Participation in High-Impact Learning Experiences

Gettysburg students participate in many high-impact learning experiences such as capstone course or experience (part of the graduation requirements) or study abroad, which are associated with a variety of desirable learning and personal development outcomes.

Internships

74% of 2018 graduates completed an internship during their undergraduate education at the College, enriching their academic learning and gaining valuable work experience. The participation rate has been increasing over the years.

Graduating ClassInternship Participation Rate
2018 74%
2017 80%
2016 78%
2015 80%
2014 70%
2013 67%

Study Abroad

Over half of the Class of 2018 graduates (who entered in Fall 2014) studied abroad for a semester or an academic year, enriching their academic learning and developing a sense of global citizenship.

Entering CohortGraduated in% of Graduates Who Studied Abroad
2014 2018 57%
2013 2017 54%
2012 2016 58%
2011 2015 58%
2010 2014 54%
2009 2013 56%
2008 2012 57%
2007 2011 53%

Undergraduate Research

Over half of 2018 graduates worked with faculty on research during their undergraduate career at Gettysburg, enhancing their level of deep learning and intellectual development.

Graduating ClassResearch Participation Rate
2018 51%
2017 57%
2016 55%
2015 56%
2014 57%
2013 55%

First-Year Seminar and BURG

A large number of first-year students participate in common intellectual experiences such as First-Year Seminar (FYS) and BURG (a type of FYS which is also a living-learning community). FYS are an array of specially designed courses offered only to first-year students. Students choose from dozens of intriguing seminars creatively designed to hone writing, speaking, critical thinking, and other learning skills. Each seminar is built around a provocative personal interest of the instructor. In Fall 2017, FYS participation reached a historical high.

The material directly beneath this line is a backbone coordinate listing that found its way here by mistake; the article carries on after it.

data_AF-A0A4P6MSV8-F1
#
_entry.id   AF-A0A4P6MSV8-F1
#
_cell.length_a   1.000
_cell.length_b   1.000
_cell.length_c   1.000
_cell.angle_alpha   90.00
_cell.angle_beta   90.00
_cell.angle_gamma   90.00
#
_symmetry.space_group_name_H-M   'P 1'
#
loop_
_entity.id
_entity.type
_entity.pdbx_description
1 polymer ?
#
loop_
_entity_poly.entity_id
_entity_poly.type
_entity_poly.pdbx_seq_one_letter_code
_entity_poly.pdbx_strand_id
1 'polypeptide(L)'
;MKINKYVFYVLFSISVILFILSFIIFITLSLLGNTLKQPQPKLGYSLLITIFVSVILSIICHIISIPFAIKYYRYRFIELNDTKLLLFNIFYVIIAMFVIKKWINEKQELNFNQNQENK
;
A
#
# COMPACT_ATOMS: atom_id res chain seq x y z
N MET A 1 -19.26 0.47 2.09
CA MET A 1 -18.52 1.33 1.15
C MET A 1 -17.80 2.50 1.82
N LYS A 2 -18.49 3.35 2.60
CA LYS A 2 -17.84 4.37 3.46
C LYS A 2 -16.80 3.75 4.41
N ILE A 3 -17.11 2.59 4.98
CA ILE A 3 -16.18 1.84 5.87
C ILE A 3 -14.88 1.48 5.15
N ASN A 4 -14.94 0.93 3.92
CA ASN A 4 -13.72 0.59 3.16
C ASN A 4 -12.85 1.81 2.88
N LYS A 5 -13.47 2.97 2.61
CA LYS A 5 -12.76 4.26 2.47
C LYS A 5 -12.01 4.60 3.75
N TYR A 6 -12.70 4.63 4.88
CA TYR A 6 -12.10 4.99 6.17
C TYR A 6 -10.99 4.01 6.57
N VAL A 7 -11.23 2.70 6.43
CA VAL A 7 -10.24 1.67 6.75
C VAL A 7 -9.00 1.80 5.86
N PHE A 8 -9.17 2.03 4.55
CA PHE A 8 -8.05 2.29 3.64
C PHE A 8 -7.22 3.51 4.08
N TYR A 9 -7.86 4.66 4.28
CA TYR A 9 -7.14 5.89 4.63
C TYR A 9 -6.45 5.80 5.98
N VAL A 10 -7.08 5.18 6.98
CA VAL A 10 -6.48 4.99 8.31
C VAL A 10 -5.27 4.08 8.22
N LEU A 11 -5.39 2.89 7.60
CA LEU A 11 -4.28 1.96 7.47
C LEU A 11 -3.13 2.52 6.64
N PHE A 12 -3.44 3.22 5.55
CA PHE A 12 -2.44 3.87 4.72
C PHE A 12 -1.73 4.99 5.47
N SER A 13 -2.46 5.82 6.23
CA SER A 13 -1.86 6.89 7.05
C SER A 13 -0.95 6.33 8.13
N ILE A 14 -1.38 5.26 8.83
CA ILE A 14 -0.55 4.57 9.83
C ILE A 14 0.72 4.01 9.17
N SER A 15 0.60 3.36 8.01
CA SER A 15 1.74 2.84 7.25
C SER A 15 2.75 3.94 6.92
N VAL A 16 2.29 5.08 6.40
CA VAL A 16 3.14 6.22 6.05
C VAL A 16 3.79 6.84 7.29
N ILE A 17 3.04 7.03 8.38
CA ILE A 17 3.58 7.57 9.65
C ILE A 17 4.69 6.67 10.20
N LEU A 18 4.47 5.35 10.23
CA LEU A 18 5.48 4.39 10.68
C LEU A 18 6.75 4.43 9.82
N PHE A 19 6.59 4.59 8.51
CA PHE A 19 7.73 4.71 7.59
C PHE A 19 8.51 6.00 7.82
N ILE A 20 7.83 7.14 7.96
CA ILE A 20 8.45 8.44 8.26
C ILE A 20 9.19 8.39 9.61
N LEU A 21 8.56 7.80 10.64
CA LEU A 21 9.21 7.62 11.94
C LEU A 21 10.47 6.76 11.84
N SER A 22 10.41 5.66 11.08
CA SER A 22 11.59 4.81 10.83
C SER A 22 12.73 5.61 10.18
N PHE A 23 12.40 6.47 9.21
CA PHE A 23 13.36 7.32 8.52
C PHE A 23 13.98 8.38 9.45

Entering CohortFirst Year Seminar ParticipationBURG Participation
2018 94% 50%
2017 95% 47%
2016 88% 55%
2015 83% 38%
2014 84% 43%
2013 83% 45%
2012 85% 41%

Leadership Experience

During their undergraduate career at the College, over sixty percent of the 2018 graduating class served in a leadership role/roles: Residence Life staff (e. g., RA, ARLC/RC, CA, OL), campus organization/club officer (e. g., in Student Senate, Greek organizations, clubs/organized groups), athletic team captain, program coordinator (e. g., in CPS, GRAB, Campus Recreation), tour guide, leadership mentor, Eisenhower Institute leadership program participant, tour guide, leadership mentor, or similar leadership positions, substantially enhancing their leadership skills.

Graduating Class% Serving in a
Leadership Role(s)
% Reporting Leadership
Skills Substantially* Enhanced
2018 61% 90%
2017 63% 91%
2016 64% 92%
2015 69% 82%
2014 69% 83%
2013 67% 88%
2012  65% 83%
2011 58% 86%
2010 66% 87%

*“Substantially” is the combined % of students reporting leadership skills “Moderately” or “Greatly” enhanced (Rating Scale: Not at all--A little--Moderately--Greatly).

Community Service

Almost nine out of ten 2018 graduates participated in community service during their undergraduate years at Gettysburg, strengthening their civic engagement.

Graduating ClassCommunity Service Participation Rate
2018 88%
2017 86%
2016 89%
2015 87%
2014 83%
2013 80%

Service Learning

In 2017, 68% of seniors reported having taken at least one service-learning course (i.e., courses including a community-based project) during their undergraduate career at Gettysburg, integrating classroom learning with civil and community engagement.

 Service Learning Participation Rate
2017 68%
2014 64%

 

Notes: 1) All data (except Study Abroad, First Year Seminar/BURG, and Service Learning) are based on self-reports in the annual graduating senior survey. Approximately 95% of graduating seniors completed the survey every year. 2) Data source for Study Abroad: Office of the Registrar & Office of Institutional Analysis. 3) Data source for First Year Seminar/BURG: Office of the Registrar. 4) Data source for Service Learning: student self-reports in National Survey of Student Engagement. 5) High-Impact Educational Practices is a term popularized by NSSE founding director George Kuh: https://www.aacu.org/leap/hips

Source

Office of Institutional Analysis